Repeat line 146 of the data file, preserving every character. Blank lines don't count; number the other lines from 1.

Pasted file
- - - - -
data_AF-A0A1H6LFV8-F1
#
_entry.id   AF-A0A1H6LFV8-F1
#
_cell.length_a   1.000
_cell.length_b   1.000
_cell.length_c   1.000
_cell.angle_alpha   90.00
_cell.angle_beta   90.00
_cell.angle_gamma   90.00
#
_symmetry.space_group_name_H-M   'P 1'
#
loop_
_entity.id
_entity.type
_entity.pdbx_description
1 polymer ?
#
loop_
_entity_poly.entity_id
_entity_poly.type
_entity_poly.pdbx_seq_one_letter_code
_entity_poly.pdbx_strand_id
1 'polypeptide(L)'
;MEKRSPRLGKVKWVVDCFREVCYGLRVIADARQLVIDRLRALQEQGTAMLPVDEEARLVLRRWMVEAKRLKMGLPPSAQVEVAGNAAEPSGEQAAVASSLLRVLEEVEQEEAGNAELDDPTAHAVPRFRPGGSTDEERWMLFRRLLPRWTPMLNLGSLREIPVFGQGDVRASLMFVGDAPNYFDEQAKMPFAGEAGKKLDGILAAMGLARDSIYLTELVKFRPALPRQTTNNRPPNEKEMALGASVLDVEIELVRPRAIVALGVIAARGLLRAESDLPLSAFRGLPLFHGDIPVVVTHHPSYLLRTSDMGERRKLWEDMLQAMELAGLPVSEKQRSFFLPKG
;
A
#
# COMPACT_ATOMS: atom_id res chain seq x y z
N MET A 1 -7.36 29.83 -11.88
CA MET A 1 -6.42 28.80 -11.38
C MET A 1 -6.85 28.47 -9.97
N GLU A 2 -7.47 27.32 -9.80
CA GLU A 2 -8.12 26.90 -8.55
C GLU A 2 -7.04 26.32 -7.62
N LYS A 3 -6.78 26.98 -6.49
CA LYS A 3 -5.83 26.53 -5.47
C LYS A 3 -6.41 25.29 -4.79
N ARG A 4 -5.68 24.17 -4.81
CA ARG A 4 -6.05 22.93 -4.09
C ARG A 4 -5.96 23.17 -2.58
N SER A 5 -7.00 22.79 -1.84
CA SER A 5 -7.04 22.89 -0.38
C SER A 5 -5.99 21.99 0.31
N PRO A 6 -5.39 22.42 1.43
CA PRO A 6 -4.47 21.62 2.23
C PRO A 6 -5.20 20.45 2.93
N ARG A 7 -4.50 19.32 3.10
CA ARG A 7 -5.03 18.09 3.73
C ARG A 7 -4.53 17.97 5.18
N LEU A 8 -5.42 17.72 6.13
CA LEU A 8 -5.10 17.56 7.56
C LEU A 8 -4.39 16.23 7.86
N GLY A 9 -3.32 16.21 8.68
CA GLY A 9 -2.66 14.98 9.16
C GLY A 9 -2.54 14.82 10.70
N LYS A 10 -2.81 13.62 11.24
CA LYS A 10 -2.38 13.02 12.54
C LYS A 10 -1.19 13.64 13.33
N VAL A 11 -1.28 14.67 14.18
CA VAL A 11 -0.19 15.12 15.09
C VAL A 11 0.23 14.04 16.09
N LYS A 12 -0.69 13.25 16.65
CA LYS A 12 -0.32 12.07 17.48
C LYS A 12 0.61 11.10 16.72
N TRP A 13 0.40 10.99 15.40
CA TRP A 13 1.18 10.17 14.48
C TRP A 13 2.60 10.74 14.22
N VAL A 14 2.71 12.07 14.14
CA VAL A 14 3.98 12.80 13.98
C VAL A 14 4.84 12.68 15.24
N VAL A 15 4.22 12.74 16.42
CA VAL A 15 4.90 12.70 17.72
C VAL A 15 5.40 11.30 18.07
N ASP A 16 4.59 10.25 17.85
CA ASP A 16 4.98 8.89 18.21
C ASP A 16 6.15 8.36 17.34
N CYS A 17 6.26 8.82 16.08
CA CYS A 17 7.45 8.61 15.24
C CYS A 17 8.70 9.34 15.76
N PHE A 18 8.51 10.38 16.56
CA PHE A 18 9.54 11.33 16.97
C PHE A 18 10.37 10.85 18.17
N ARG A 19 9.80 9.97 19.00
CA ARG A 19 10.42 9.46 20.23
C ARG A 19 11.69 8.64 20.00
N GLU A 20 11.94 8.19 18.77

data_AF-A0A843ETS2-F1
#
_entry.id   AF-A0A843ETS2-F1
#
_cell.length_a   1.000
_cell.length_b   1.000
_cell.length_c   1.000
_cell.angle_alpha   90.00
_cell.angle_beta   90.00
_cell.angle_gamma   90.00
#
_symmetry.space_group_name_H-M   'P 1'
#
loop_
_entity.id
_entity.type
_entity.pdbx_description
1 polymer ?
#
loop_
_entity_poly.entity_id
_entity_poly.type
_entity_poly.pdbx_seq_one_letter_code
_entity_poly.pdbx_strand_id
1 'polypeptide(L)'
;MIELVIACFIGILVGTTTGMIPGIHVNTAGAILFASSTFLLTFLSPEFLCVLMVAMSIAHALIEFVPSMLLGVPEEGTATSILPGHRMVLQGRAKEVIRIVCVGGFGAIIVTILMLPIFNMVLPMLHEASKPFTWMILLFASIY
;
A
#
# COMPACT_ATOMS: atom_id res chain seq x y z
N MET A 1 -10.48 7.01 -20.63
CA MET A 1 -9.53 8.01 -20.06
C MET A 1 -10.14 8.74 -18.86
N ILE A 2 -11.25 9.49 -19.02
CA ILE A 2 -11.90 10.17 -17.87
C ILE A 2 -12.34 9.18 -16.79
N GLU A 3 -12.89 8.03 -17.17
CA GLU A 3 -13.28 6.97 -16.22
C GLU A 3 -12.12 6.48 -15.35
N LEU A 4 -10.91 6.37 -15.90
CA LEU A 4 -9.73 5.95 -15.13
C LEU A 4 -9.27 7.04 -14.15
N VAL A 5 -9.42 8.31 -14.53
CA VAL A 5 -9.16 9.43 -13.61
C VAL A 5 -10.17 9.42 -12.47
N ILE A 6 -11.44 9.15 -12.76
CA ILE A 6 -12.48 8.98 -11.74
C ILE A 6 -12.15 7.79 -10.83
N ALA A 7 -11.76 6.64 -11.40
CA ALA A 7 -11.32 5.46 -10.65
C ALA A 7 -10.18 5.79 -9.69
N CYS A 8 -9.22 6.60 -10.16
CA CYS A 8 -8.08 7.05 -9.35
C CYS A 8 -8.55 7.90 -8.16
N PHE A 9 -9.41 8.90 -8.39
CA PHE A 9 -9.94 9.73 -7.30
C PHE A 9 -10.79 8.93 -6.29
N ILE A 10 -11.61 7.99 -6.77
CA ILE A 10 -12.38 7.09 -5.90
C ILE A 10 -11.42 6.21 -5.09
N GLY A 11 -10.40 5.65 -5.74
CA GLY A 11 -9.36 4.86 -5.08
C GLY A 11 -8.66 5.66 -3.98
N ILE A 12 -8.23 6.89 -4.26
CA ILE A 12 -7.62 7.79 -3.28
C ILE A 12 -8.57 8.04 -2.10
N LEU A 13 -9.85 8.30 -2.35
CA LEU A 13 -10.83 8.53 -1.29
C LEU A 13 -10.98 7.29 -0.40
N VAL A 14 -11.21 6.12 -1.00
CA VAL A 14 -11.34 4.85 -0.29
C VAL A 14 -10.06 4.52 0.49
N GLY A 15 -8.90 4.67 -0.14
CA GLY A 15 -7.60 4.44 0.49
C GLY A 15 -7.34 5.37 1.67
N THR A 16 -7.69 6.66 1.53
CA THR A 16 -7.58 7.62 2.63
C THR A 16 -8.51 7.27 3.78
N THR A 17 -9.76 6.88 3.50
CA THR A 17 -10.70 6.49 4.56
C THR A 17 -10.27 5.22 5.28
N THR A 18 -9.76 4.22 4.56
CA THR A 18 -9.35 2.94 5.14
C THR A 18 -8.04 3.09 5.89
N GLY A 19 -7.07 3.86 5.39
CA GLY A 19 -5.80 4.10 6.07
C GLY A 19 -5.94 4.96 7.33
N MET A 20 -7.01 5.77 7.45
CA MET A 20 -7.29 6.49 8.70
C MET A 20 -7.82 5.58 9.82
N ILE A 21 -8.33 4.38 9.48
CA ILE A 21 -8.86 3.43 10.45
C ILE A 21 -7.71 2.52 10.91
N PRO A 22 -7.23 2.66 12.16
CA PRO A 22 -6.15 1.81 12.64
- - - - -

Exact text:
N ILE A 10 -11.61 7.99 -6.77